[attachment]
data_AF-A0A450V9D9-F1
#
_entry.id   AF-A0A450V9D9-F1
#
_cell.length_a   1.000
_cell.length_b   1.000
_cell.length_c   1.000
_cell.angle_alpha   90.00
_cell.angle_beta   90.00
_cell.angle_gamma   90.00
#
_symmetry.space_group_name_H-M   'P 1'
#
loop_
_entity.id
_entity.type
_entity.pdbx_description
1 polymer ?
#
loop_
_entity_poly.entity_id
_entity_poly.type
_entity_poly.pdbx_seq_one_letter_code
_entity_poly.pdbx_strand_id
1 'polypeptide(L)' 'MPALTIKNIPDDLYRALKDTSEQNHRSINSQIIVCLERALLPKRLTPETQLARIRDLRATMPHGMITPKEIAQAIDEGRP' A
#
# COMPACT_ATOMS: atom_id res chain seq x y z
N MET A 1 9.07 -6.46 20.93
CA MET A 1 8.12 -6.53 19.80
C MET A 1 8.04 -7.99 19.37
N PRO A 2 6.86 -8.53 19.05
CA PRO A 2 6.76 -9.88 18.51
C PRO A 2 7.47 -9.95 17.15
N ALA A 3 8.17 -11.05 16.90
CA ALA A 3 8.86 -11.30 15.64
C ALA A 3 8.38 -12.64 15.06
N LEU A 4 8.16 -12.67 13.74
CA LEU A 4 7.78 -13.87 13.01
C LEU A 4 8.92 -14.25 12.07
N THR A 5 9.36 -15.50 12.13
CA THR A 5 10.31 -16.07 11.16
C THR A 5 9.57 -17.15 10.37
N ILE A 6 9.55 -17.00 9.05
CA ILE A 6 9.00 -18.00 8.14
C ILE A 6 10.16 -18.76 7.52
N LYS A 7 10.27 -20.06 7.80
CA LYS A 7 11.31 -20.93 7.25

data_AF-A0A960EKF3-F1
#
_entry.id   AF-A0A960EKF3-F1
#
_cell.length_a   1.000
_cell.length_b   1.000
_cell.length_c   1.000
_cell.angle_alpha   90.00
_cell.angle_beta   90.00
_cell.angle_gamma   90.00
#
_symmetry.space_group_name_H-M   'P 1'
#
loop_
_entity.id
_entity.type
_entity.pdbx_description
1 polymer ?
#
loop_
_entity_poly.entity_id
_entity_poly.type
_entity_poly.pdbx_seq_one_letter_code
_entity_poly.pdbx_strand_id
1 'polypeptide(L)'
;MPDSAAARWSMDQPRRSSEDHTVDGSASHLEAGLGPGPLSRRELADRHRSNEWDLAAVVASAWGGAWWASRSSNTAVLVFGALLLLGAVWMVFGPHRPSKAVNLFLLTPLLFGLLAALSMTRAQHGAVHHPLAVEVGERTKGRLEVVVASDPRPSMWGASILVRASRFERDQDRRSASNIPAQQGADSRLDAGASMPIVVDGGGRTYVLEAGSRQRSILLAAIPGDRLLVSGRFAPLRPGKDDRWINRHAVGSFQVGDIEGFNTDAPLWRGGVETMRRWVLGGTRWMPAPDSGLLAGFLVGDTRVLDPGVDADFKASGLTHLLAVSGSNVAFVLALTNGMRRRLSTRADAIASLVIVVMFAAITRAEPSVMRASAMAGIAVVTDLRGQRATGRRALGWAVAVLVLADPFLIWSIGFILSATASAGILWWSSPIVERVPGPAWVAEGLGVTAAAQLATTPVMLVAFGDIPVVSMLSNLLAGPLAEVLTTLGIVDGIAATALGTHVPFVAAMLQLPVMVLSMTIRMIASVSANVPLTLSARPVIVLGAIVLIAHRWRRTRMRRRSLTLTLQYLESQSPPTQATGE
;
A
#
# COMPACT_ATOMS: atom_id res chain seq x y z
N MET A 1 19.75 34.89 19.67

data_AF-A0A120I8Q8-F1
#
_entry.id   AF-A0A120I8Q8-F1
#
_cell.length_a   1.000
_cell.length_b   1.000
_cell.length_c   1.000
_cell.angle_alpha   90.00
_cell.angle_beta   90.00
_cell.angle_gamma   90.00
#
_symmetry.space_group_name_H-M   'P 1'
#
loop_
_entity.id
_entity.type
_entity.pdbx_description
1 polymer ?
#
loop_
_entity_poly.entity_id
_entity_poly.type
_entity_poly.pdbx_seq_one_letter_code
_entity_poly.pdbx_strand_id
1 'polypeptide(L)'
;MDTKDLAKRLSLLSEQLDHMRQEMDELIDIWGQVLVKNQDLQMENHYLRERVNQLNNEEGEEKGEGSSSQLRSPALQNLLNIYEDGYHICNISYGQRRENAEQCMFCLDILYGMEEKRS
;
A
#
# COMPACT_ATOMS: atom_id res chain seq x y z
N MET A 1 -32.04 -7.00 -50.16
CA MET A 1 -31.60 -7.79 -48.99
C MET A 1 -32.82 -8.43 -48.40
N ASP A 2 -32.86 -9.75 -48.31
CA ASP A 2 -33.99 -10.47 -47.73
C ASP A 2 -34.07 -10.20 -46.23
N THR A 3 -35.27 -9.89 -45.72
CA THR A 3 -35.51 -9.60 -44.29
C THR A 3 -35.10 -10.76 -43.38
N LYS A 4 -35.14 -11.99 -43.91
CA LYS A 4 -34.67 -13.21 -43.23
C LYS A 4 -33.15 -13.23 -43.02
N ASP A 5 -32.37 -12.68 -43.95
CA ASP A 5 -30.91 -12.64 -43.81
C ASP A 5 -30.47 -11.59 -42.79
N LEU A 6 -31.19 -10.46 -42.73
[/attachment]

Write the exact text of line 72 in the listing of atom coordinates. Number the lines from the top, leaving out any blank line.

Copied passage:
1 'polypeptide(L)'